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The Spokesman-Review Newspaper
Spokane, Washington  Est. May 19, 1883

Shades of truth come out in ‘Fiction’

Imagine that you’ve detailed all your dreams, fears and innermost thoughts onto the pages of a journal for years. And then imagine that the person you’re closest to was made privy to that journal’s contents. Would they be surprised by what they read? Would it put a strain on your relationship?

Steven Dietz’s intimate, three-character drama “Fiction,” which opens at the Spokane Civic Theatre this weekend, begins with this simple conceit and then watches as the sudden exhumation of once buried secrets pulls the rug out from underneath a decadeslong marriage.

Michael (Thomas Heppler) and Linda (Diana Trotter) Waterman, a pair of erudite, slightly cantankerous novelists, are the married couple at the center of the play. Linda once wrote an emotionally wrenching best-seller but has yet to match its success; Michael specializes in brainless potboilers that have made them most of their money. There’s something of a friendly professional rivalry between the two, but their marriage is mostly happy.

“I believe it’s really important that this relationship be a strong and vital one going into the play,” said director Susan Hardie. “And I think that raises the stakes when the suspicion starts to be revealed, when we start to see things unravel.”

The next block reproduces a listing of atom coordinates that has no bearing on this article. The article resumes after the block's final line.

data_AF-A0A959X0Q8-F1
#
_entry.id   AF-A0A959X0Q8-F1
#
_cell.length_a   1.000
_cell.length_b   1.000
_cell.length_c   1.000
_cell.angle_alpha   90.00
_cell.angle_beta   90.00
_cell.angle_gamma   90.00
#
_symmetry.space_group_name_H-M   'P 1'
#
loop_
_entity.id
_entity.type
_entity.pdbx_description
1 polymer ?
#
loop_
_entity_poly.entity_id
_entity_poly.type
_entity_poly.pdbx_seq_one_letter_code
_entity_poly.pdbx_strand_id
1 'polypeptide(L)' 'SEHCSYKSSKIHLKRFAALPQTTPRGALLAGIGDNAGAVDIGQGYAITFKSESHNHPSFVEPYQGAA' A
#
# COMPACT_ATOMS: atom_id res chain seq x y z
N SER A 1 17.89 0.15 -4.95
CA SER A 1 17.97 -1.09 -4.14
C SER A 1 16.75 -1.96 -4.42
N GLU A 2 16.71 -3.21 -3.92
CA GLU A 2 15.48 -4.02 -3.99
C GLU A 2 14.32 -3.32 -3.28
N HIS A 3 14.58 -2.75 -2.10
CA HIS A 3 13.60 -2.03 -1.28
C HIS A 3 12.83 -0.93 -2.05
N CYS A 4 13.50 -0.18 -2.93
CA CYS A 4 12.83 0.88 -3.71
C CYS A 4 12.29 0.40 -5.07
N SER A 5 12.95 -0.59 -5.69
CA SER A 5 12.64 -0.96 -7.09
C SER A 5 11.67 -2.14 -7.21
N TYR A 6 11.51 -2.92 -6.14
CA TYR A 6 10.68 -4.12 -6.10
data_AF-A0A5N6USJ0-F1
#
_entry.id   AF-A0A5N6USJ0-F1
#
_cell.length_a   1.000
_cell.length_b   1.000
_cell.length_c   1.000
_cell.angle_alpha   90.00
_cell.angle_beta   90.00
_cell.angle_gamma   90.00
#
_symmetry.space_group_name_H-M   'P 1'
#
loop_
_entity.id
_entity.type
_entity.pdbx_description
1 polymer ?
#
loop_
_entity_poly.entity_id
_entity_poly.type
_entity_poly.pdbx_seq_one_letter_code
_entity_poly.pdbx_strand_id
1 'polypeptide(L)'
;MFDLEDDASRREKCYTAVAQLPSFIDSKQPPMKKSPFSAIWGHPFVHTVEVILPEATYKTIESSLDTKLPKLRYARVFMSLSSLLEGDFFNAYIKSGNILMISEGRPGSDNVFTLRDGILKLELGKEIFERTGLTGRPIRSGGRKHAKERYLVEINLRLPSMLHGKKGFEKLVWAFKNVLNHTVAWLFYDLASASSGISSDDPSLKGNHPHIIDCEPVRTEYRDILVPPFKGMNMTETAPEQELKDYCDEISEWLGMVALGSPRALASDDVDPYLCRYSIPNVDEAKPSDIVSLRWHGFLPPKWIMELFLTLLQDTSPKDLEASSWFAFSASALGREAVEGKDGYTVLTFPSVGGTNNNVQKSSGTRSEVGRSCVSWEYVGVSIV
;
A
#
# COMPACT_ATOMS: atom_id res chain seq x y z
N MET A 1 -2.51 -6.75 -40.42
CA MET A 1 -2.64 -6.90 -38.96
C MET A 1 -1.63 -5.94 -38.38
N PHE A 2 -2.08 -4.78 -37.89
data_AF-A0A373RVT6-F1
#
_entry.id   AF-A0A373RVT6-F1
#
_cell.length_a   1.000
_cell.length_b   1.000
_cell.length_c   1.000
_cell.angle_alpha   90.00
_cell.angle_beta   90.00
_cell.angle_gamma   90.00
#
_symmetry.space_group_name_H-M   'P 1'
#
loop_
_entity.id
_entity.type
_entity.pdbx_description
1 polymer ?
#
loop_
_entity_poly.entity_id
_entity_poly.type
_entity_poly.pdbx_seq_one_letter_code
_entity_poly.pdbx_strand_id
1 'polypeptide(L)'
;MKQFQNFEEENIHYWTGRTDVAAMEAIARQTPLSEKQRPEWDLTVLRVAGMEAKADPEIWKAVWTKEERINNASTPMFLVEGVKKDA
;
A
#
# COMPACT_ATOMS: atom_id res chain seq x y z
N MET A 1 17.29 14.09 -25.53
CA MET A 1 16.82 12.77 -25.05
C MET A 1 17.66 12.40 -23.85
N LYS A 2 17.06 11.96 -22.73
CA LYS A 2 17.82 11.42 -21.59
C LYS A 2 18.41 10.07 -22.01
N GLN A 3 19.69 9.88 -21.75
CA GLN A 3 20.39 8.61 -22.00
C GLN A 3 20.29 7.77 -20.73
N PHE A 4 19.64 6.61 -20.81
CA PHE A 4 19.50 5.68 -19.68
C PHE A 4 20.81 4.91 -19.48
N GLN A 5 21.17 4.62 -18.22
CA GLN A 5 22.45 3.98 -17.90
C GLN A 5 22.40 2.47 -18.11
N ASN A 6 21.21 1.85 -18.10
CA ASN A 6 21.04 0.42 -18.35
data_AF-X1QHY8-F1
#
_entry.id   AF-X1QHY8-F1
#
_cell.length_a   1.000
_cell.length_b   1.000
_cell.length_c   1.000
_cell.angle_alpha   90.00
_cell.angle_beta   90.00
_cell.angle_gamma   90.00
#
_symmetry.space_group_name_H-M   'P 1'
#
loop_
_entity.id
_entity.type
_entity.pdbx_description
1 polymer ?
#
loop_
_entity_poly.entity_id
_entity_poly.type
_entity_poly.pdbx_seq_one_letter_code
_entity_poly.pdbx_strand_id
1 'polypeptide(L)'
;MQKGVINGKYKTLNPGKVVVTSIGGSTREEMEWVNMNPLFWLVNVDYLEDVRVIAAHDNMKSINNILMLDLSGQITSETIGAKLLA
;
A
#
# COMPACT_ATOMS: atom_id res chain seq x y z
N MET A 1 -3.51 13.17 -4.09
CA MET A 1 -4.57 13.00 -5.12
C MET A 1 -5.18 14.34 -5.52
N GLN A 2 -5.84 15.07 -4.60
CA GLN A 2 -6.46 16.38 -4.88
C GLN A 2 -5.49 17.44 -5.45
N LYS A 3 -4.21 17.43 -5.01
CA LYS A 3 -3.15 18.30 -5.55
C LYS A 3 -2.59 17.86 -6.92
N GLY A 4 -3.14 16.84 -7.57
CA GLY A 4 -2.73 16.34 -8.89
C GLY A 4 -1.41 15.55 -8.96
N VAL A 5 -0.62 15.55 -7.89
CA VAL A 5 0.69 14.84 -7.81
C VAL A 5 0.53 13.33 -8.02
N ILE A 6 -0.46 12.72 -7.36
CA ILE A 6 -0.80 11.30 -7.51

When Linda falls ill, she requests that she and Michael read one another’s diaries, and he complies. They soon discover that the same young woman, a writer named Abby (Aubrey Shimek-Davis), figures into both of their lives, and Dietz’s script begins to weave together the conflicts of the present with the hazy recollections of the past.

“It’s sort of like opening Pandora’s box,” Hardie said. “It’s very thought provoking. … Should two people, even under extreme circumstances, reveal their most guarded secrets to each other?”

Dietz is a prolific writer whose plays are frequently performed (the Modern Theater Spokane recently staged his “Last of the Boys,” which Trotter directed), and his work is almost always emotionally complex and doesn’t usually offer easy answers. The characters in “Fiction” aren’t exactly warm and cuddly; in fact, Michael and Linda are sometimes downright prickly.

“On first reading, it’s easy to see how the writing could be a bit alienating,” Hardie said. “If you met this couple at a cocktail party, they’re kind of fascinating but they really do suck all the energy out of the room. … But we’ve worked really hard to humanize these people and make them people you want to care about.”

The script is a deceptively difficult one: It’s both a battle of wits between two keen intellects and a harrowing study of marital discomfort. But Hardie said that having a small cast of talented actors has benefited her in really understanding what Dietz was going for.

“We’ve had endless discussions about the material,” Hardie said. “These are three very thoughtful actors. It’s just been wonderful. I walked into this project thinking I had a pretty good handle on this material, but the more we dive in, the complexity of the piece has really challenged the way we tackle each of these scenes.”

Despite its title, “Fiction” is really a story about truth, about the accuracy of memory and honesty in relationships. Even if you’re holding on to secrets, did events from your past really happen as you remember them?

“When we write something down, Dietz believes that, even if it’s fact, it shifts into fiction,” Hardie said. “He says there are three pasts – what we remember, what we record and the events that actually happened, and rarely are those the same thing.”